One of the Central African Republic’s most powerful rebel groups announced Friday that its chief had died from wounds received during a November attack.
Sidiki Abass, head of the Return, Reclamation and Rehabilitation group (3R), died on March 25, the group – part of a coalition seeking to overthrow President Faustin Archange Touadera – said in a statement.
Abass, whose real name was Bi Sidi Souleymane, died in hospital in the country’s north, it said, adding he had been “seriously wounded” during attacks in the town of Bossembele on November 16.
His group is made up largely of the Fulani ethnic group, whose members are traditionally nomadic herders.
It was initially formed to ostensibly defend the Fulani in the country’s northwest, where conflicts between nomadic herders and farmers are common.
In December, 3R joined with the Coalition of Patriots for Change, an alliance of some of the war-torn country’s most powerful armed groups.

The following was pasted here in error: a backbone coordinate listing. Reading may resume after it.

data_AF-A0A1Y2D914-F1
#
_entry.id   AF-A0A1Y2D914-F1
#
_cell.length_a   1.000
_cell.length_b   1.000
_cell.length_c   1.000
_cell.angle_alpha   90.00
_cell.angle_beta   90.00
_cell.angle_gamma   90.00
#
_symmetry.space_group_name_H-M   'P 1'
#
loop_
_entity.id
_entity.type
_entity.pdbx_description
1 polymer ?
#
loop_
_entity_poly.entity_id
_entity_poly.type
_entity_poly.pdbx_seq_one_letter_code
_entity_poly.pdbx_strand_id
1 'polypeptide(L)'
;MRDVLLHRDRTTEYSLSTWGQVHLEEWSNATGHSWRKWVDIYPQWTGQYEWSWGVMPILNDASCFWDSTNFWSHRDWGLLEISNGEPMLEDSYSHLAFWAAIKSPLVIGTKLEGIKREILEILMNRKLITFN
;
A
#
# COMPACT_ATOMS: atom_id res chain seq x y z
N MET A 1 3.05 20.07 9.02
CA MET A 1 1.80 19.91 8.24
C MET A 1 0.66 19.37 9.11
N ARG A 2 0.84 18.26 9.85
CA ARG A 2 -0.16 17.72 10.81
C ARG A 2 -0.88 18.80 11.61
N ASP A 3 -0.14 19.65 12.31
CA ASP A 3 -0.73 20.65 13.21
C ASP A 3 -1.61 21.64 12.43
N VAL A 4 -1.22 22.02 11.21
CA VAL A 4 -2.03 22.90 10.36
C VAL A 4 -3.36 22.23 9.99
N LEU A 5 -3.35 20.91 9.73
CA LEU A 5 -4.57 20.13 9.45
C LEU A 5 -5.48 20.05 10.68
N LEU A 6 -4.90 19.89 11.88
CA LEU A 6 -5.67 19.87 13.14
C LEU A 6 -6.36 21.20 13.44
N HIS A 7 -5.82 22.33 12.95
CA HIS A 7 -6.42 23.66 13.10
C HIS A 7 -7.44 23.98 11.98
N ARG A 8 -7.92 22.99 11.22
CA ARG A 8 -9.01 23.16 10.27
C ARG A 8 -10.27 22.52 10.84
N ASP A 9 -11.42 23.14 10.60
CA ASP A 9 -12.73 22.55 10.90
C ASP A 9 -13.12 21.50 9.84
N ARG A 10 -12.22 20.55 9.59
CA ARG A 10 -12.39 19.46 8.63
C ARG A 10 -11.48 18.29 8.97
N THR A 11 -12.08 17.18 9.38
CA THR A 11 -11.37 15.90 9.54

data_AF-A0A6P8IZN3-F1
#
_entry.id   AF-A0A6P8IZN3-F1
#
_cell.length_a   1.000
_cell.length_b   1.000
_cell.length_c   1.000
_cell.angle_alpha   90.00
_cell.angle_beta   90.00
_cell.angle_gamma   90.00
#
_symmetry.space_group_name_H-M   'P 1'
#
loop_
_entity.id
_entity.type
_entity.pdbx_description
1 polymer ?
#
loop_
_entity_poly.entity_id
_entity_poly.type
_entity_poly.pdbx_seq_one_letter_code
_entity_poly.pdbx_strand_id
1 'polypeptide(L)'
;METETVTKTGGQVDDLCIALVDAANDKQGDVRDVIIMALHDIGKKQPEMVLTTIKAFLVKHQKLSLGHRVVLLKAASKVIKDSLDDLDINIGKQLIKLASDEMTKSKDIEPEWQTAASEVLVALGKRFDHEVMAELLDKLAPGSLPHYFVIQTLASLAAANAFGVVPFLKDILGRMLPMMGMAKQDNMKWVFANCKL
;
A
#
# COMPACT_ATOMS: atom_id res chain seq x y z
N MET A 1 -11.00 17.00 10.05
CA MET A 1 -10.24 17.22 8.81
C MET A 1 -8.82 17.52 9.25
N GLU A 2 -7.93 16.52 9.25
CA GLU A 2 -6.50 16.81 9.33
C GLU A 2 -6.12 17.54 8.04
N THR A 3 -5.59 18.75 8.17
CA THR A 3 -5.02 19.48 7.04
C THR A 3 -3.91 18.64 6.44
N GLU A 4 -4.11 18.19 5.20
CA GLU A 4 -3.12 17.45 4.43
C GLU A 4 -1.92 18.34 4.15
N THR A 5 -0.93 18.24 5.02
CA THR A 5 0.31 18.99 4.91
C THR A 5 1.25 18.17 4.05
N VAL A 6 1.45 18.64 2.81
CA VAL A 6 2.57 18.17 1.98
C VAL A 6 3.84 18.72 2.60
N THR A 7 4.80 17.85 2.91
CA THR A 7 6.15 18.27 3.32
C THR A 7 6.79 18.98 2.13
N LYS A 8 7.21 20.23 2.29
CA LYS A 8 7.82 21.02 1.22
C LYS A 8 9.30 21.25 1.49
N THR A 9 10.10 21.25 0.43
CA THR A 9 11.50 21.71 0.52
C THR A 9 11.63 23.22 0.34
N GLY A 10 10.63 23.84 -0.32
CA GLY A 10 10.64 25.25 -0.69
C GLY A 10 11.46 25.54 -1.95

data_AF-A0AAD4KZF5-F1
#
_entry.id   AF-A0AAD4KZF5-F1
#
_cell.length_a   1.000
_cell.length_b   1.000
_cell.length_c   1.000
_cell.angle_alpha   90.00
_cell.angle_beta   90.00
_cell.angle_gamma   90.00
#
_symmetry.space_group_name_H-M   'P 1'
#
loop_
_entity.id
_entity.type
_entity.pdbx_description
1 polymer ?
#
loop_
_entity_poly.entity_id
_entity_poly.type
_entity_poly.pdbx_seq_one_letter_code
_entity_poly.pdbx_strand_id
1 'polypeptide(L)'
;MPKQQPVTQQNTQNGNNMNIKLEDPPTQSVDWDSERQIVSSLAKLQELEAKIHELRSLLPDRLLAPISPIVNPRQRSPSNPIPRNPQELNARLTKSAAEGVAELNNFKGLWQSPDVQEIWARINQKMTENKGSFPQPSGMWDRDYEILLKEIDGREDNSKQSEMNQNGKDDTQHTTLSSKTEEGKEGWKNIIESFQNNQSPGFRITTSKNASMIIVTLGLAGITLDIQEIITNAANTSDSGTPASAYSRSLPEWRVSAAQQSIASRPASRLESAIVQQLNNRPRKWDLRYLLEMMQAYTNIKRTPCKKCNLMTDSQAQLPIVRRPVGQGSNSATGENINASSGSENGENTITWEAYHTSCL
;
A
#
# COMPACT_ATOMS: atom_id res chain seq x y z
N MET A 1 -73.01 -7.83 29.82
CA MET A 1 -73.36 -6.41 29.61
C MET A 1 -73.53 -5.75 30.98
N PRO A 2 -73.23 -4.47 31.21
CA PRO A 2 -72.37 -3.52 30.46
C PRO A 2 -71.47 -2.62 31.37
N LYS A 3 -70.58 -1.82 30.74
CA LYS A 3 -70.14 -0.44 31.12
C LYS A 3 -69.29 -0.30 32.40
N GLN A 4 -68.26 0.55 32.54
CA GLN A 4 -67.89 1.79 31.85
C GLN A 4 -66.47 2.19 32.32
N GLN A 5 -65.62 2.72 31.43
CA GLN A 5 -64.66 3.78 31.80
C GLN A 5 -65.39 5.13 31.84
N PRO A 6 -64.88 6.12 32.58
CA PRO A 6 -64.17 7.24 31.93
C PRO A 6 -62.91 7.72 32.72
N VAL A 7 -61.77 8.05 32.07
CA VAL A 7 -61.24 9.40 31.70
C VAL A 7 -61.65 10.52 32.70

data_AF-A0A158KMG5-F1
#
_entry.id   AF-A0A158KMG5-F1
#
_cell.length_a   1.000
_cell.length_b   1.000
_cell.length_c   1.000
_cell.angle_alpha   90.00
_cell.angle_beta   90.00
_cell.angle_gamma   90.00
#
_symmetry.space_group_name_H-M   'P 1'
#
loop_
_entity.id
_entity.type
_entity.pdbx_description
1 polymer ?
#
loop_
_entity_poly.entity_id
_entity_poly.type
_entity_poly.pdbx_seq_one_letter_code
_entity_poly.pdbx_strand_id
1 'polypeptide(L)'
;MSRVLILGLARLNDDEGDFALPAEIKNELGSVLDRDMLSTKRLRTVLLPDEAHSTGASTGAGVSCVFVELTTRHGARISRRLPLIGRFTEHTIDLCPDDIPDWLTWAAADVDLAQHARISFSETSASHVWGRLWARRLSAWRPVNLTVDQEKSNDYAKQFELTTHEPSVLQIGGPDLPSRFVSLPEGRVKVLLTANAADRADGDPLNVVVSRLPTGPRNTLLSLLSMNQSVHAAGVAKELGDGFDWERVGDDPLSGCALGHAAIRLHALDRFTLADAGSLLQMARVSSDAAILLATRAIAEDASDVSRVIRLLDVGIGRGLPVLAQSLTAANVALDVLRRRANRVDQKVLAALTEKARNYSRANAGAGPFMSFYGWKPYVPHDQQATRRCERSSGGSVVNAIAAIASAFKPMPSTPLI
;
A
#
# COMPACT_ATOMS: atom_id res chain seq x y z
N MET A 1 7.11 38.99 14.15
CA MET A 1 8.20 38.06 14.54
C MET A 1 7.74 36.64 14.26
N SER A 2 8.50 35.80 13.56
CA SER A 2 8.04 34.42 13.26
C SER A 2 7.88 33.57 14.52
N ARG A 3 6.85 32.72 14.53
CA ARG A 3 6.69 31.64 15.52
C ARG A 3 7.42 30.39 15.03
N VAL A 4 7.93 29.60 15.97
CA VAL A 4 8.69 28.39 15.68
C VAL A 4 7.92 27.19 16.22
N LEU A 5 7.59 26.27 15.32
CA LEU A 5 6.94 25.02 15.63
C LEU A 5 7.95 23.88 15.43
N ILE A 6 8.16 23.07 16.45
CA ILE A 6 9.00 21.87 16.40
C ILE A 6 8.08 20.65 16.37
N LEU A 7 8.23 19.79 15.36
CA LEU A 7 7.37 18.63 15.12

The alliance launched an offensive two weeks before December presidential elections in a bid to prevent a victory by Touadera and to overturn his government.
The well-equipped 3R were on the frontlines of combat against pro-government forces, eventually reaching an area about 100 kilometres (about 60 miles) from the capital Bangui.
UN and security sources disputed the group’s claim that he had been wounded on November 16 – before the rebel offensive – and instead dated it to the initial fighting in December, when his convoy was ambushed.
Rumours of his death had spread since, but were never confirmed by 3R.
The country’s military with the help of hundreds of Rwandan soldiers and Russian paramilitaries have led a counter-offensive since January, taking back most towns previously occupied by the rebels.
While the 3R has been pushed back, it remains a force in the northwest, aided by its knowledge of the terrain.